“Both of those shows will be where we need them to be with sellout crowds,” he said.

At one point this year, the Chicago Cubs had six concerts booked for Wrigley Field. The total number has been a moving target, with Chris Stapleton and the Mötley Crüe package now postponed until 2022.

Five shows remain intact at Wrigley Field. Most recently, Lady Gaga, previously scheduled for Aug. 27, was postponed with no new date announced.

Guns N’ Roses at Wrigley was moved from July 21 to Sept. 16, one day before Dead & Company’s Sept. 17-18 doubleheader at the venue.

The Cubs, in conjunction with Live Nation, have booked multiple concerts at the ballpark every season for about 15 years. They typically don’t schedule those events in September because of the potential for damage to the natural grass field late in the regular season.

The Cubs have been a playoff contender over the past six years, and it would be the worst time to have something happen to the playing surface, said Colin Faulkner, the team’s executive vice president of marketing and sales and chief commercial officer.

In addition, the windows of opportunity for holding concerts in September are much smaller than during the All-Star break in July, for example, and artists prefer touring outdoors during the peak summer months, Faulkner said.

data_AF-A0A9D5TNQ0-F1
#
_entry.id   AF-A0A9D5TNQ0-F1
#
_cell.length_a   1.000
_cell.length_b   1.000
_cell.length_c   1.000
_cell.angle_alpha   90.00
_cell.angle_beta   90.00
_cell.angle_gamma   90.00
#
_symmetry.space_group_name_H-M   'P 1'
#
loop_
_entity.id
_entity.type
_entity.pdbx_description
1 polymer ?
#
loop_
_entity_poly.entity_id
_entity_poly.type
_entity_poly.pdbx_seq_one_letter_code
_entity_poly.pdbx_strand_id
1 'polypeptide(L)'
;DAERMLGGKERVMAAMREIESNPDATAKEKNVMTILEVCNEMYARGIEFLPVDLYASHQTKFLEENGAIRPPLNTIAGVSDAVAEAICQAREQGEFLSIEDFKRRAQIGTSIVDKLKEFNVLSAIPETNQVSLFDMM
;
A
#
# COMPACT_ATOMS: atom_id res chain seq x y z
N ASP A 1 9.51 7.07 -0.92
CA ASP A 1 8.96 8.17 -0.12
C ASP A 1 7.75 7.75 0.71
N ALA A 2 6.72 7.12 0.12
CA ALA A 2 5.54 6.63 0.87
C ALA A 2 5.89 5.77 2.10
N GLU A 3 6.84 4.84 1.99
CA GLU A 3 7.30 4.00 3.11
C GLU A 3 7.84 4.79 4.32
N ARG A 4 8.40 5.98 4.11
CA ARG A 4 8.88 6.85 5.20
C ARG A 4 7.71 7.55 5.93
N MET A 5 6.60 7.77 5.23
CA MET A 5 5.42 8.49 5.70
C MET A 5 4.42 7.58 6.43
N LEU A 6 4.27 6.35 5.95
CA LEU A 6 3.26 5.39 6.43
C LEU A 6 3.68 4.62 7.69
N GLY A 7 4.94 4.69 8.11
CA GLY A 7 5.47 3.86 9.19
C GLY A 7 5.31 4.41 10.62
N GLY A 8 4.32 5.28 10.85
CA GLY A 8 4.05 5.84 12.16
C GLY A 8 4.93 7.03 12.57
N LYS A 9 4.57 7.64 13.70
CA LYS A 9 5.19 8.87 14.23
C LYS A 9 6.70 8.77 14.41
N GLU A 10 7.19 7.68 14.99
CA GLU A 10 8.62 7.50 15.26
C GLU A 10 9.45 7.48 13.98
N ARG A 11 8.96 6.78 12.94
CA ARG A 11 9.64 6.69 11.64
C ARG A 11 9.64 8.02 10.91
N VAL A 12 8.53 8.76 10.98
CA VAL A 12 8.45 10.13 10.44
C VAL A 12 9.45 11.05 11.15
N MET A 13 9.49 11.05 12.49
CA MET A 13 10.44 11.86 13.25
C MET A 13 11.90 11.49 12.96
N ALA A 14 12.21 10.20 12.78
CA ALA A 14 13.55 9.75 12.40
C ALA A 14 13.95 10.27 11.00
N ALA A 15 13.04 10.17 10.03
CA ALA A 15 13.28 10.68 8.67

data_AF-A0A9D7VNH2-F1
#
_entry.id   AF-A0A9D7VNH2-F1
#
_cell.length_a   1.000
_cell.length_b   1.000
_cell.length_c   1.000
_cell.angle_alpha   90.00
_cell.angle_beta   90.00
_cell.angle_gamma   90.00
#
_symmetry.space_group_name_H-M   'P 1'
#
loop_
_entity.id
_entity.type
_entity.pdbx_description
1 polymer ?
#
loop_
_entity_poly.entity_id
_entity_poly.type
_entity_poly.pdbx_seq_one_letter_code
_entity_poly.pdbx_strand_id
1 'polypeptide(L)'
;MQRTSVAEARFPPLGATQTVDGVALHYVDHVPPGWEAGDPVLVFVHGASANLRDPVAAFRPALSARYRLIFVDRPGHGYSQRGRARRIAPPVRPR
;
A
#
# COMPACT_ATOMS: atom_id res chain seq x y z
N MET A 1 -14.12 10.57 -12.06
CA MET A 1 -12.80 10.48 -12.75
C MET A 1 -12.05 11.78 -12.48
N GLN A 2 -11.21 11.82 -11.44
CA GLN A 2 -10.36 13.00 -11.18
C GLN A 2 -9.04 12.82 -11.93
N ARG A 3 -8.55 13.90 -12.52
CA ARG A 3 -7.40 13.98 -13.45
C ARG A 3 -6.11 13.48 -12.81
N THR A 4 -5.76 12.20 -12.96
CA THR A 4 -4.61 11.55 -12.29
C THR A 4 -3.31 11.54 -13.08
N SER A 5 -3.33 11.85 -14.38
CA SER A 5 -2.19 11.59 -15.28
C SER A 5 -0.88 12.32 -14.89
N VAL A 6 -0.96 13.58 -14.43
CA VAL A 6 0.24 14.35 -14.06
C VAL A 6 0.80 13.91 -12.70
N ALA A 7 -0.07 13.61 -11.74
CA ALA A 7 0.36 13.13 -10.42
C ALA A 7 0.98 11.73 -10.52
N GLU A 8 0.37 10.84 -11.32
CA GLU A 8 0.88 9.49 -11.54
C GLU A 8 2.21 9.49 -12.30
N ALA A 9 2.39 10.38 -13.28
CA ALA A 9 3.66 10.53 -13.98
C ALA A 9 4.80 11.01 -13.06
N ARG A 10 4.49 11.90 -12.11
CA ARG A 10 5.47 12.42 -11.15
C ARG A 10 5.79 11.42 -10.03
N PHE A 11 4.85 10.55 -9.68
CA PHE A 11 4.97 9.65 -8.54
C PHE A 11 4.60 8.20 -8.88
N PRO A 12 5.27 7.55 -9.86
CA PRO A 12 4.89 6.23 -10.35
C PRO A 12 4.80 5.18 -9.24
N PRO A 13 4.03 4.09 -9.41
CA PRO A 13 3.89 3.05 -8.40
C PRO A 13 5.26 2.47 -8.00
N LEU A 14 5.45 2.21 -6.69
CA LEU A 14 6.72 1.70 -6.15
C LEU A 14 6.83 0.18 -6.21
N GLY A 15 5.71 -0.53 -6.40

But this year is something completely different, considering the pandemic.

“I talked to (Cubs president of baseball operations) Jed Hoyer about it just to make sure he was good on the baseball side,” Faulkner said. “We all kind of agreed this is a different year and not a normal thing. Wrigley Field is one of Dead & Company’s ‘tent poles’ with multiple shows, and they love playing in this ballpark.”

In general, as the pandemic wanes, the concert industry is following sports’ lead for confirming tours. For stadium shows, ballparks opening at 100% for baseball in major cities such as Chicago, Philadelphia, New York and Boston dictates what will happen with live music, said Rick Roskin, a talent agent with Creative Artists Agency.

“We’ve been following sports as a company and an industry,” Roskin said. “We’re watching what happens with baseball, which is the real map to what music is going to look like this summer.”

Even then, sometimes things don’t work out as planned.


The Minnesota Twins will end up playing host to one show this summer at Target Field. Hella Mega is set for Aug. 23 in Minneapolis. The MLB team lost another summer stadium show to the NHL arena in St. Paul.